Debriefing: Marching Band Gloves

de·brief

[/diˈbrif/]
verb (used with object)

  1. to interrogate (a soldier, astronaut, diplomat, etc.) on return from a mission in order to assess the conduct and results of the mission.
  2. to question formally and systematically in order to obtain useful intelligence or information.

 (Definition from: Dictionary.com)

While I’m neither a soldier nor a diplomat (not to mention an astronaut) I feel it might still be useful for both aspiring knitwear designers and myself to take a good look at past (sub)missions – pun intended – and find out what’s been done good and where there’s, ahem, room for improvement.

I’ve borrowed this format from Jennifer at Tinking Turtle Designs, who’s kindly agreed to let me use her idea. You should hop over to her site – not only has she her own first submission briefing to share; you could also check out a few very nice crochet and knitting patterns and designer interviews. Also, there’s cats.🙂

So, without further ado, I give you the first debriefing. This proposal was submitted for the winter 12/13 issues of Knit Now and the Marching Band Gloves were published in issue 18.
Marching Band Debriefing

Things Done Well

  • I still really like the different colored pictures of the finished samples. They give a good impression of the style I wanted to achieve. This has been my first venture into color overlays with Gimp and while I’d do it differently now, it certainly served its purpose.
  • Suggested yarn qualities instead of asking for a certain brand. I still prefer to do it that way if I’m not submitting to a yarn company, because that leaves the publisher enough room to pick the best option they can get yarn support for. And it shows that I have thought out what kind of fabric I want to produce and which qualities a yarn should have to achieve this goal.
  • I’ve given the sizing range. It makes quite a different if you’re submitting a „one size“, a „Size small and large“ or a „Size range from 32”-52” with instructions for modifications in length“. It’s good to let the publisher know what they can expect to get.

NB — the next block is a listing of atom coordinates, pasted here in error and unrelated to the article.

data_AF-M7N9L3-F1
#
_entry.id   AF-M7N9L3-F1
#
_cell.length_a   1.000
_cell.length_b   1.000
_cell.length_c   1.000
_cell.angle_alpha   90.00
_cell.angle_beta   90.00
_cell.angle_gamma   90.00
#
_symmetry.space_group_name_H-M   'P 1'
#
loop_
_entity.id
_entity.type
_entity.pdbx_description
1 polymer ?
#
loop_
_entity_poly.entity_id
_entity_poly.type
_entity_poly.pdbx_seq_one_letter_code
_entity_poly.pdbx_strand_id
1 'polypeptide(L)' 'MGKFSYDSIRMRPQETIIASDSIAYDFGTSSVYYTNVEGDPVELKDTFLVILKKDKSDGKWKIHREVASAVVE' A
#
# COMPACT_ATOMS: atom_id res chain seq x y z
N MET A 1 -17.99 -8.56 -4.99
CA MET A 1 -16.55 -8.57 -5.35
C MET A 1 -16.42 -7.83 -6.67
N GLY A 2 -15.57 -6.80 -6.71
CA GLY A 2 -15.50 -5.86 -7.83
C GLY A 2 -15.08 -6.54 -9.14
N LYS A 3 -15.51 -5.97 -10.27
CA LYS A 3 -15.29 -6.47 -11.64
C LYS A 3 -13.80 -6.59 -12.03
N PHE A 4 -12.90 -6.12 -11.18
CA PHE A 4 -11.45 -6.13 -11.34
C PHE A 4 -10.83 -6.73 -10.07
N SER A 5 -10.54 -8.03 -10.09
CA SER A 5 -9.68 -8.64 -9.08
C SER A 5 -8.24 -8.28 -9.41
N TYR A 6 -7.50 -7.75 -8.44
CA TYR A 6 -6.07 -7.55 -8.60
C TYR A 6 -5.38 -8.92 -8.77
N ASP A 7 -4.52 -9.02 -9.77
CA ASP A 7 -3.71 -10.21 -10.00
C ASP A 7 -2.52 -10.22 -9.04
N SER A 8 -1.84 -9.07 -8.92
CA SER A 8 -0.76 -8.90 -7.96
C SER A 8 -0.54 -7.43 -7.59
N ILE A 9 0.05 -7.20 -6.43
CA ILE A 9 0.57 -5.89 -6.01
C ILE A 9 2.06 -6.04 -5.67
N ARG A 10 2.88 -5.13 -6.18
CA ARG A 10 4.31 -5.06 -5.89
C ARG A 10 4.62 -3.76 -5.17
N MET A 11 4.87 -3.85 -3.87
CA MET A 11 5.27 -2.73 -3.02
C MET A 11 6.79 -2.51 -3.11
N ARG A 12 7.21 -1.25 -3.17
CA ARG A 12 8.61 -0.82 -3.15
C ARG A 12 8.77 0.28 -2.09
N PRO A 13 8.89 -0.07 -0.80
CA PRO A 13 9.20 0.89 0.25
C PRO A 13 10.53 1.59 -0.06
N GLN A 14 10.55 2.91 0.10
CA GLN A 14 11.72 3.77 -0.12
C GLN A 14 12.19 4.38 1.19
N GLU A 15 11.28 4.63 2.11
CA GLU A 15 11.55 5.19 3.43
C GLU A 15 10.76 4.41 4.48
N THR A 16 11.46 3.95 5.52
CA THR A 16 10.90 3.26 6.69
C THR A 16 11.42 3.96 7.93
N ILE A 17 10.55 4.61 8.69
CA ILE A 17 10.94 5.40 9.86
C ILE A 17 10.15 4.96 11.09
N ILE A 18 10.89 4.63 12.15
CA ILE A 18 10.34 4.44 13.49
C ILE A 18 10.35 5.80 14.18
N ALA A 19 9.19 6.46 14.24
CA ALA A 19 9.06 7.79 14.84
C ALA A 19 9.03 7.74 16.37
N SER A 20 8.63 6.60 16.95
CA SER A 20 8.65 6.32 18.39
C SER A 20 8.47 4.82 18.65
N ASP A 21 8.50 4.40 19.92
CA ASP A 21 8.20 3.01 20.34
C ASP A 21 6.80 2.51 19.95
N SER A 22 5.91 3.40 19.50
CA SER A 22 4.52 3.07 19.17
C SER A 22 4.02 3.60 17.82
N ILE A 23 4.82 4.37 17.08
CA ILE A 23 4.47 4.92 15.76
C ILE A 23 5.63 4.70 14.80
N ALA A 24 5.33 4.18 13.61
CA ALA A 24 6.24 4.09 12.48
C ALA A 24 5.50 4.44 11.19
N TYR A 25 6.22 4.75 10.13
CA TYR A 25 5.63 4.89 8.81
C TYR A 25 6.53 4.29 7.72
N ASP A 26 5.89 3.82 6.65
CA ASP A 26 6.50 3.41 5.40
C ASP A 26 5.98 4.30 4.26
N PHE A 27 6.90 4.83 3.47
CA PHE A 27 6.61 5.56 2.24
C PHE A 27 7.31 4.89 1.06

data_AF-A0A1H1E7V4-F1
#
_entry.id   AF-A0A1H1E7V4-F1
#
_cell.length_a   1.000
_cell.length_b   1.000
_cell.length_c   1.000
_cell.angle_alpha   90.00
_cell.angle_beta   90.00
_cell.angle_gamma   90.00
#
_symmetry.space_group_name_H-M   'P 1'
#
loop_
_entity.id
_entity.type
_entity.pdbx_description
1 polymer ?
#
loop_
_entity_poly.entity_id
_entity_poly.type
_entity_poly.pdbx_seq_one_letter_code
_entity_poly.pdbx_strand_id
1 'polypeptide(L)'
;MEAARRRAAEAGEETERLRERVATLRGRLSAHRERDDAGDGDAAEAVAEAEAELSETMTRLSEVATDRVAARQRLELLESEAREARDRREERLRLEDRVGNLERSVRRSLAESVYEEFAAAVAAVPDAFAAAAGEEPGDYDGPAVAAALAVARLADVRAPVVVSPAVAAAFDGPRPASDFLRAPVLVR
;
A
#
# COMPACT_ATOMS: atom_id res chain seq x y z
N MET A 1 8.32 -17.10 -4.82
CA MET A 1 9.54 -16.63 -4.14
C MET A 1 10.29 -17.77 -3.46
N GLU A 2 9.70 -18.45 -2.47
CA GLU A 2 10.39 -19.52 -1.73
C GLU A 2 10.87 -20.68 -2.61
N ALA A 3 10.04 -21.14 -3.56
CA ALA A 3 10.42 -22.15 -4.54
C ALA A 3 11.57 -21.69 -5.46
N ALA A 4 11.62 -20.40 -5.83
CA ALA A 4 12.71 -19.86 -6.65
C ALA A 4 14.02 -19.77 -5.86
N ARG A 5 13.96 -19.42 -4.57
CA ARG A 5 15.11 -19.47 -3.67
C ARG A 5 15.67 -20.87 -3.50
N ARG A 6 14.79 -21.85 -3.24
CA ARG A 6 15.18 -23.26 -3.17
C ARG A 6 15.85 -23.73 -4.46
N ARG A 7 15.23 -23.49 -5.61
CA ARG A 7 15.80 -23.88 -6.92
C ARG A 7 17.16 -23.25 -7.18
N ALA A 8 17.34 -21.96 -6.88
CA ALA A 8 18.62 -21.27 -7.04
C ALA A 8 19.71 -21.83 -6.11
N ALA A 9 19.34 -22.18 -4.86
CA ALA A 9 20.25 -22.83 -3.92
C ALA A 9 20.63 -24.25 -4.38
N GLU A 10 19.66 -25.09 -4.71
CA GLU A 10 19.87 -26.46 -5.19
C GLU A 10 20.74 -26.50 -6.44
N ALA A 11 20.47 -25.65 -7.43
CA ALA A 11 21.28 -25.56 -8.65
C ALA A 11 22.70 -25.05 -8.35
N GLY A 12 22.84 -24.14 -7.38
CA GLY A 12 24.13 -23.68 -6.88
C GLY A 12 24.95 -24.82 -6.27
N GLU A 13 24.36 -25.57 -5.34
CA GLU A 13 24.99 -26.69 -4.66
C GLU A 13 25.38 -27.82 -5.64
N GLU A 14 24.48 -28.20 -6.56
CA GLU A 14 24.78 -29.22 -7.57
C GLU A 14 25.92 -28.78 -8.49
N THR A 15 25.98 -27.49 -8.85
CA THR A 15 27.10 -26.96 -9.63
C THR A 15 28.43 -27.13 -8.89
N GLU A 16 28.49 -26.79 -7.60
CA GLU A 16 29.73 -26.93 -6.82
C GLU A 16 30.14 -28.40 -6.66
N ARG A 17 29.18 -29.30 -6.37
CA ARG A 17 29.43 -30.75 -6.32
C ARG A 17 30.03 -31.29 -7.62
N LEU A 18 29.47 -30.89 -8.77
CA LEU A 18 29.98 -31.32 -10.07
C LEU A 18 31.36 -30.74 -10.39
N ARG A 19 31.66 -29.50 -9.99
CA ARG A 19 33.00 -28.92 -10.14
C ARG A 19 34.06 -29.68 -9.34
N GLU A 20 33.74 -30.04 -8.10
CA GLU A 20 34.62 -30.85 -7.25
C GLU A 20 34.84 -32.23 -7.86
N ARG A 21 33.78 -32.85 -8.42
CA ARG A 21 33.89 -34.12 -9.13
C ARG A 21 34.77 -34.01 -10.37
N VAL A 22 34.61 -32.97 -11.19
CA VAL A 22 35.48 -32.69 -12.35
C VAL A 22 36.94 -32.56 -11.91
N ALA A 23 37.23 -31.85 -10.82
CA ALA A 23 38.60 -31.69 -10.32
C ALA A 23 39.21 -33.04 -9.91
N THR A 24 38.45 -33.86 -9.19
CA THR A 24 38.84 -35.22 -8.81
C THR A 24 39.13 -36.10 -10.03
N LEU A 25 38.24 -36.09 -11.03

• It meets all requirements specified in the call for submissions – contact info on every page, focus on styling, sketch and swatches, flexibility in yarn choices, description of the basic construction.

Could Have Been Better

  • The layout is far from professional. I’ve changed that since then, but there’s still room for improvement, I’m afraid.
  • The sketch as a sketch wasn’t too bad, but then I went and took a photo of it in bad lighting and used that as base for the digital rework. That’s why it turned out so dark with a grey background. Oh, and since I was still fumbling my way through digital editing, the pink bits look like I took a text marker to them. Which I didn’t.

What Have I Been Thinking?

  • The design outline is, well, abysmal. It’s far too wordy and the first sentences still make me cringe when I read them over. I bet Kate and the team at Knit Now had a good laugh at that. Luckily they still chose the design (probably because of the pics, see above).

I’ll add more of these debriefings whenever a design is finally out in the open and all that “top-secret”, “hush-hush”, “don’t show any pictures” is over and done with.

5 thoughts on “Debriefing: Marching Band Gloves

  1. Knit Now is spelled incorrectly in your title on the submission! It is nice to know that when things like that slip by that it doesn’t prevent a good design from being accepted.

    • It is?!
      It is!!
      Now it’s an even more embarrassing piece of work – especially since I didn’t even catch the mistake this time around. (And you’re right, it’s nice to see that a huge blunder like this doesn’t have to be the end of things.)
      Thanks again to Kate who chose to ignore all those missteps and still accept the design!

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